Cohen organizes his work thematically, addressing various topics in Ibn Verga’s discussion of the Jewish-Christian encounter. The first chapter considers the accounts of religious debates and disputations with no clear link to real historical events. In chapter 2, Cohen discusses the single historical disputation described in Shevet Yehuda—the fifteenth-century Disputation of Tortosa—and analyzes how Ibn Verga presented historical reality through the lens of his own interests, opinions, and didactic goals. The following two chapters explore Ibn Verga’s treatment of themes prevalent in medieval anti-Judaism: Christian attacks on the Talmud and the blood libel. In both chapters, Cohen emphasizes how Ibn Verga worked both to debunk Christian anti-Jewish superstitions and to criticize elite Jews for inspiring Christian hatred with their behavior. Chapters 5 and 6 consider how Ibn Verga treated two different Jewish responses to crisis in medieval Christendom: martyrdom and conversion. Cohen argues that Ibn Verga represented the perspective of a convert to Christianity by focusing on the experiences of the living—not the dead—and refraining from criticizing Jews who succumbed to forced conversion rather than accepting martyrdom. Ibn Verga idealized Jewish martyrs, yet never presented them as practical models to be followed. The final chapter, framed as an analysis of the discussion between King Alfonso and the Christian scholar Thomas, contextualizes Ibn Verga and speculates about some of the possible literary and philosophical influences on Shevet Yehuda.

Although Cohen provides an intriguing and overall convincing analysis of Shevet Yehuda, he does not entirely deliver on the promise of using this seemingly idiosyncratic text to reveal broader trends in late medieval and early modern Jewish thought. More attention to the readership, reception, and manuscript history of Shevet Yehuda might have helped to explain why this text proved so attractive to sixteenth-century Jews and what they thought of the ideas contained within it. Cohen claims that the book illustrates the rise of an early modern “new order” (p. 3), which he links to Ibn Verga’s Enlightenment-esque call for tolerance and religious relativism. Yet in reality the early modern new order remained one marked by religious intolerance, as seen in the ghettoization of Jews in Italian cities as well as the religious wars afflicting a newly fractured Christendom. Ibn Verga, a forced convert and a member of a persecuted minority, had good reason to call for tolerance and describe conversionary pressures as pointless. But contemporary Christian rulers, who rarely demonstrated the magnanimity that characterized Ibn Verga’s King Alfonso, were far from ready to heed such calls. Ibn Verga’s appeal to pluralism might seem modern, but it was hardly distinctively early modern.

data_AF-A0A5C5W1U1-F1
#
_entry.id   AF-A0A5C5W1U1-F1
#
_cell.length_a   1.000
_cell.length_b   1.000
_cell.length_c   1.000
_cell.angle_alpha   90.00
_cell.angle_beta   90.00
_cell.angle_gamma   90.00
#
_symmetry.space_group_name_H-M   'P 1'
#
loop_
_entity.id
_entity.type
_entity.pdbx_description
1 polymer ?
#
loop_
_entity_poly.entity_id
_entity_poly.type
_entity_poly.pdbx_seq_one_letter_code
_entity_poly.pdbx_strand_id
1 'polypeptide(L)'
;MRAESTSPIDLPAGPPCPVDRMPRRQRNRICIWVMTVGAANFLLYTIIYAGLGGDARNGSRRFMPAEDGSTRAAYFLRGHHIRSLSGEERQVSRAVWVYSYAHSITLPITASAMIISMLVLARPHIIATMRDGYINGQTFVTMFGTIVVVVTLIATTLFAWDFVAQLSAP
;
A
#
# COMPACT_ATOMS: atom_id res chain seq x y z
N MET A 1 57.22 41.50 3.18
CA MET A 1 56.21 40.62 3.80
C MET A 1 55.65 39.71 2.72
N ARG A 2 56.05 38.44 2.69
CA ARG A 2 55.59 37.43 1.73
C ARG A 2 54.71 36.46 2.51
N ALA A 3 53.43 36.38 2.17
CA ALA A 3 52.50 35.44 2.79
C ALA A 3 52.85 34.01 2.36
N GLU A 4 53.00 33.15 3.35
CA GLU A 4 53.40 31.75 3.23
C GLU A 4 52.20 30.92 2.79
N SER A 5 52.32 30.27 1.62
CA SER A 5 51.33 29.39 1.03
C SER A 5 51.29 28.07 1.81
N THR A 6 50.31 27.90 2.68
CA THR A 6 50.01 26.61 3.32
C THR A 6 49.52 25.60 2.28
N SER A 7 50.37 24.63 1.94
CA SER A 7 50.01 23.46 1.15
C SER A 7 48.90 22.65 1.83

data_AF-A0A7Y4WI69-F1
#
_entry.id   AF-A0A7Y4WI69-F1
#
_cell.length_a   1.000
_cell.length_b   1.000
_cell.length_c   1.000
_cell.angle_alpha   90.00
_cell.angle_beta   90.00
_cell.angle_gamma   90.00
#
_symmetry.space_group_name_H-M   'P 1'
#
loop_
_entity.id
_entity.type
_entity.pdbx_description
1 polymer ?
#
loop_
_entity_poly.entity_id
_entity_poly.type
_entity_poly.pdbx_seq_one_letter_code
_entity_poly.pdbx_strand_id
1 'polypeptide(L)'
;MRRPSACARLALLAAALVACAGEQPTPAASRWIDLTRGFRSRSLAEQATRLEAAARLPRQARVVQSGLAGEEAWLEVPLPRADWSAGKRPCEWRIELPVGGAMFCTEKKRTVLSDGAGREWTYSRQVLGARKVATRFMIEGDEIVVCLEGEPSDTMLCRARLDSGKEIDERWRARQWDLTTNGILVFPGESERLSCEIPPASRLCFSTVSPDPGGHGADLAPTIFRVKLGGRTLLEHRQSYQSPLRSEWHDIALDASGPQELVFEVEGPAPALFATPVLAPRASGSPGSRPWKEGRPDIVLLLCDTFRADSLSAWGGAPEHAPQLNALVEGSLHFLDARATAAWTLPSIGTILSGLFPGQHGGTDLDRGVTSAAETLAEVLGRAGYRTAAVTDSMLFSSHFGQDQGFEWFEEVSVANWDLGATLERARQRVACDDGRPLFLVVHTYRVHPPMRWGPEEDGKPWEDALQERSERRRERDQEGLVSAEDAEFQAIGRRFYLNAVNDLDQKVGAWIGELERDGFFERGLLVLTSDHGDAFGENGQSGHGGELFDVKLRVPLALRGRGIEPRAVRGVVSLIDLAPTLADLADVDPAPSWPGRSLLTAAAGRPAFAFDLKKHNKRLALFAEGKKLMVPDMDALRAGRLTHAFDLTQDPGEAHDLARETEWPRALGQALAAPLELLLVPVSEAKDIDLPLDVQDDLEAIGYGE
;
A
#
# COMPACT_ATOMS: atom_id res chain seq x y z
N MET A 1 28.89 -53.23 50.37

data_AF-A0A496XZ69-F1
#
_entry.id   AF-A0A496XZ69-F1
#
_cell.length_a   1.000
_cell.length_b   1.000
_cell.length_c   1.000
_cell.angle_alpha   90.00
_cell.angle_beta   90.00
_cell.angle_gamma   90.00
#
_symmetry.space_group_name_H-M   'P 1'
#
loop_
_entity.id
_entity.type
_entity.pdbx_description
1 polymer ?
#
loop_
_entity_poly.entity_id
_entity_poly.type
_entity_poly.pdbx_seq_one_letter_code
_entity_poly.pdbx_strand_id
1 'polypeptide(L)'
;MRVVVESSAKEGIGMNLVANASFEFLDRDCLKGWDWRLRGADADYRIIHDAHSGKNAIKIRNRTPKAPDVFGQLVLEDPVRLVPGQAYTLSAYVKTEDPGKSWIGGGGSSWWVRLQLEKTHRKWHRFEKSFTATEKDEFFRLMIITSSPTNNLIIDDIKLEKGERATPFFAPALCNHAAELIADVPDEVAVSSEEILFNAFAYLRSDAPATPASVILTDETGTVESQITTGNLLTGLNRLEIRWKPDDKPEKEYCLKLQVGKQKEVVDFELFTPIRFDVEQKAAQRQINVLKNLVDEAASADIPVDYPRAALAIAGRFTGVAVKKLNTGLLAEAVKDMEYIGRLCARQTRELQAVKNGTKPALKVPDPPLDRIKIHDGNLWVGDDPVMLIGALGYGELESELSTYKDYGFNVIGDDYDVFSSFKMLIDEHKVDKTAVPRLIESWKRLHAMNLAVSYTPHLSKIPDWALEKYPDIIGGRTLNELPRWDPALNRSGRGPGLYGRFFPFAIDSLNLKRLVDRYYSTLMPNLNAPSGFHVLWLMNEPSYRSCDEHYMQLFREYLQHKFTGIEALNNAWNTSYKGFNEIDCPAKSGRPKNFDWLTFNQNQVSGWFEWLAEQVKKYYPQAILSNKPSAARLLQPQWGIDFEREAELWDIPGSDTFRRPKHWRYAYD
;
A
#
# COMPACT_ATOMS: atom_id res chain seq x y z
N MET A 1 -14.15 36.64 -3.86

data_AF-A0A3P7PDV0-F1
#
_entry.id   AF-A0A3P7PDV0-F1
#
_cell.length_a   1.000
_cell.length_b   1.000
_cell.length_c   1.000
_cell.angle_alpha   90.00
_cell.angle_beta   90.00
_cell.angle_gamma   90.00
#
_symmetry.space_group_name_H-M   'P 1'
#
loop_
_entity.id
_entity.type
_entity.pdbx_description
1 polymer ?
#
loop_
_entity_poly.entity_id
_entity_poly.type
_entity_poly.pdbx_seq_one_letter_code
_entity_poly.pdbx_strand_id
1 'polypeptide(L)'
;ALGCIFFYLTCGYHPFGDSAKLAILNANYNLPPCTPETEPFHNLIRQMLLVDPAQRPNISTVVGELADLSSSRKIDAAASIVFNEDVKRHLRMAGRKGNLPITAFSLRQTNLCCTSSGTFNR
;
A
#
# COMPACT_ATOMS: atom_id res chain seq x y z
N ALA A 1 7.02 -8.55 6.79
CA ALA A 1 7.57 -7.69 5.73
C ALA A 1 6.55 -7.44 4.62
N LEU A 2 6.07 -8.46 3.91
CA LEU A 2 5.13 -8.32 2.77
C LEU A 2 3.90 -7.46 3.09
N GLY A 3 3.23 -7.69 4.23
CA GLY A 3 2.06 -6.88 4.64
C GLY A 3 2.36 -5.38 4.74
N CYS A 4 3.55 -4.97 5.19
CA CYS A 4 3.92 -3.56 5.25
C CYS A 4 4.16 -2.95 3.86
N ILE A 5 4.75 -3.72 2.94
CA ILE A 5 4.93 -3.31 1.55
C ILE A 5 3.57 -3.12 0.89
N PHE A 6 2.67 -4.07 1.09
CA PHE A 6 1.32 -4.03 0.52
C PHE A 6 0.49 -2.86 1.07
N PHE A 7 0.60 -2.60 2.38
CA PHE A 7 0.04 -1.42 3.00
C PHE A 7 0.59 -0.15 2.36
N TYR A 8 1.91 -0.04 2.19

Despite this critique, Cohen’s book remains an invaluable resource for scholars interested in the Jewish response to the Spanish expulsion, as well as late medieval Jewish-Christian encounters more broadly. Cohen effectively relates Ibn Verga to better-known figures such as Don Isaac Abravanel, as well as individuals such as Profiat Duran and Isaac Nathan, who have more recently received scholarly attention.[1] Those interested in Shevet Yehuda in particular will benefit not only from Cohen’s analysis, but also from his extensive tables, which systematically present the different themes and stories included in the text. Above all, Cohen has successfully demonstrated that Shevet Yehuda deserves further study, as we explore how Jews in the late medieval and early modern world grappled with increasing restrictions on where and how they could live in Christian Europe.

[1] Maud Kozodoy, The Secret Faith of Maestre Honoratus: Profayt Duran and Jewish Identity in Late Medieval Iberia (Philadelphia: University of Pennsylvania Press, 2015); Ram Ben-Shalom, “A Minority Looks at the Mendicants: Isaac Nathan the Jew and Thomas Connecte the Carmelite,” The Journal of Medieval History 30 (2004): 213-43.

Editorial remarks

*Sarah Ifft Decker is a social and economic historian of medieval Europe, with a particular focus on the Western Mediterranean. She is especially interested in medieval Iberia, which was home to thriving Jewish, Christian, and Muslim communities. She was awarded a doctorate for a thesis on “Gender, Religious Difference, and the Notarial Economy in Medieval Catalonia, 1250-1350.” Currently she is Visiting Lecturer at Indiana University, Bloomington.